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NUTRITION CORNER: The State of Nutrition of Ilocos Region, 0-5 years old – in focus

By Emmarose C. Pineda EMMAROSE C. PINEDA, Nutrition Officer I

A regional dissemination forum to present the results of the 2011 updating of nutritional status of Filipino children specifically the Ilocos Region was conducted by the Food and Nutrition Research Institute-Department of Science and Technology (FNRI-DOST) in cooperation with the National Nutrition Council, Regional Office I on September 19, 2012 at the Hotel de Salcedo, Vigan City.

The forum was led by Ms. Adrienne Constantino and party of FNRI-DOST. It was well participated by the delegates from various sectors such as the Regional Line Agencies – NSO, DepEd, CHED, DSWD, PIA, DOST and NNC, the academe -University of Northern Philippines, Vigan City, Mariano Marcos State University, Batac City, Ilocos Sur Polytechnic State College, Sta Maria, Ilocos Sur and PSU, Lingayen, Pangasinan including delegates from the local government units of Ilocos Norte, La Union, San Fernando City, and Candon City.

Based on the presentations made, the results showed the following:  the prevalence rate of underweight among the 0-5 year- old children is at 19.8% which is slightly lower than the national average of 20.2%; the prevalence of stunted or “pagkabansot” is at 29% which is lower than the national average of 33.6%; the prevalence of wasted (“sobrang pagkapayat”) is at 9.9 % which is higher than the national average of 7.3%  and the prevalence of overweight is at 6.3% which is slightly higher than the national average.

Some factors affecting the nutritional status of the 0-5 year- old age groups like low birthweight and nutritional status of Filipino mothers were also presented. Birthweight is a known indicator of a multifaceted public health problem that includes long-term maternal malnutrition, ill health, hard work, and poor health care in pregnancy. The 2011 updating showed that 15.9 % or 2 in every 10 children of 0-47 months old were born with low birth weight.  In Region I, the percentage of children with low birthweight is only at 12.6 % lower than the national average. Infants with low birthweight are approximately 20 times more likely to die than the heavier infant according to the WHO, 2010.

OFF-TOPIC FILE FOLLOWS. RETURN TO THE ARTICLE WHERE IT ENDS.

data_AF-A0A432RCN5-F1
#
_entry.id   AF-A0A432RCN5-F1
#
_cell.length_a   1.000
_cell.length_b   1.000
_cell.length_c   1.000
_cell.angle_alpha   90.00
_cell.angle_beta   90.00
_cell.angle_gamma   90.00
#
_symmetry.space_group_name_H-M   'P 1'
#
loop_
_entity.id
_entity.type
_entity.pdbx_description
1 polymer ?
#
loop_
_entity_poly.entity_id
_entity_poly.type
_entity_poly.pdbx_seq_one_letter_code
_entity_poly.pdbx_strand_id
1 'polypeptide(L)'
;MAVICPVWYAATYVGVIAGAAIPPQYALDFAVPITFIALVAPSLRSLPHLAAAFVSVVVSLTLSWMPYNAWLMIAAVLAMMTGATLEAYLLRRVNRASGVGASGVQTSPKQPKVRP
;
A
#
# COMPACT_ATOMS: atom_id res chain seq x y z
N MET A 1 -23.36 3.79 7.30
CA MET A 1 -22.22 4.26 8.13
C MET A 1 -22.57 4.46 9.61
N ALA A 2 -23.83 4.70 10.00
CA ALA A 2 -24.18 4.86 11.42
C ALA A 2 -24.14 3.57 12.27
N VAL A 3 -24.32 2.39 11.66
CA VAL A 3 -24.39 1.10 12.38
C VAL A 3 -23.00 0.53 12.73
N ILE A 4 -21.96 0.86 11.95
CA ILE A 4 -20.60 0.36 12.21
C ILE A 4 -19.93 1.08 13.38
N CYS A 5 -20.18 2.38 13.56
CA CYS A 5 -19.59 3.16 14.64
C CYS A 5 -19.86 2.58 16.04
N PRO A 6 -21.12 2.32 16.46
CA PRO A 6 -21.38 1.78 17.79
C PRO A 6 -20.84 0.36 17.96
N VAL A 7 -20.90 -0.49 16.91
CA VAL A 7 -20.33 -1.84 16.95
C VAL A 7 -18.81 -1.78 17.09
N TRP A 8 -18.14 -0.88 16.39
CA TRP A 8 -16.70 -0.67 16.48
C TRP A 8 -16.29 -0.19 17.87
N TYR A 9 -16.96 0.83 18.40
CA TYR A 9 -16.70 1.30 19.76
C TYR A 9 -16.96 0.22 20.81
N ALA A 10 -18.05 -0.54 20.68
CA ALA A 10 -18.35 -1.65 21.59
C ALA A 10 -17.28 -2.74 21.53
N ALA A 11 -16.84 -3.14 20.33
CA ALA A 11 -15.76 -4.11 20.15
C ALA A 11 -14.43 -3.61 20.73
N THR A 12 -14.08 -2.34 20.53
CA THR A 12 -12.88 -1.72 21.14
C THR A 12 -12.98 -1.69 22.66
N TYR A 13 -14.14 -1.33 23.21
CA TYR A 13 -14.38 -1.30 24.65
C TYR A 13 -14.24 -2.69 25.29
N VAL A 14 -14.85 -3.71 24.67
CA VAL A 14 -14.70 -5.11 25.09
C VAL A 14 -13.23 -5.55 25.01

The updating survey results also showed that 25.0% or 1 in every 4 pregnant women is nutritionally at-risk. The poor health of pregnant women makes them at risk to deliver low birthweight babies and other negative pregnancy outcomes like stillbirths and miscarriages. Around 35.7% or 3 out of 10 pregnant women were found to be below 20 years of age and are nutritionally at-risk based on the weight for height like teenage pregnancies, and 2 out of 10 pregnant women were found to be lesser than or equal to 20 years of age and are nutritionally at-risk based on the weight for height. Nutritionally at-risk pregnant women registered at 28.8% which is higher than the national average.

On the other hand, the nutritional status of lactating mothers with children 0-5 years old were reflected as 1 in every 10 lactating mothers were found to be  underweight and  2 in every 10 lactating mothers were overweight.  The prevalence of underweight lactating mothers is  12.9% which is slightly higher than the national average  of 11.9% but lower than Bicol Region with 16.6 % which is the highest nationwide. Twenty percent (20.0%) of lactating mothers are overweight, higher than the national average of 17.7% but slightly lower than of CAR with 28.7% highest prevalence nationwide.

Infant and Young Child Feeding (IYCF) Practices particularly on the practice of exclusive breastfeeding is 52.2% higher than that of the national average of 48.9%.  Continued breastfeeding practices among 1 year old children showed 52.2 % and 29.9 % for children aged 2 years old which are both higher than the national average of 51.7% and 28.9% respectively. The regional picture on government participation was high especially on  Expanded Immunization Programs  like BCG, DPT, OPV, Hepa B Vaccine, OPT, Vitamin A Program, and Deworming  except on Growth Monitoring and Orally Fit Child which is lower than the national results.

The results of the survey posted a challenge to local program planners and implementers in the region. A plan of action was made through a workshop by the participants to identify corresponding interventions to address the prevailing problems presented.#

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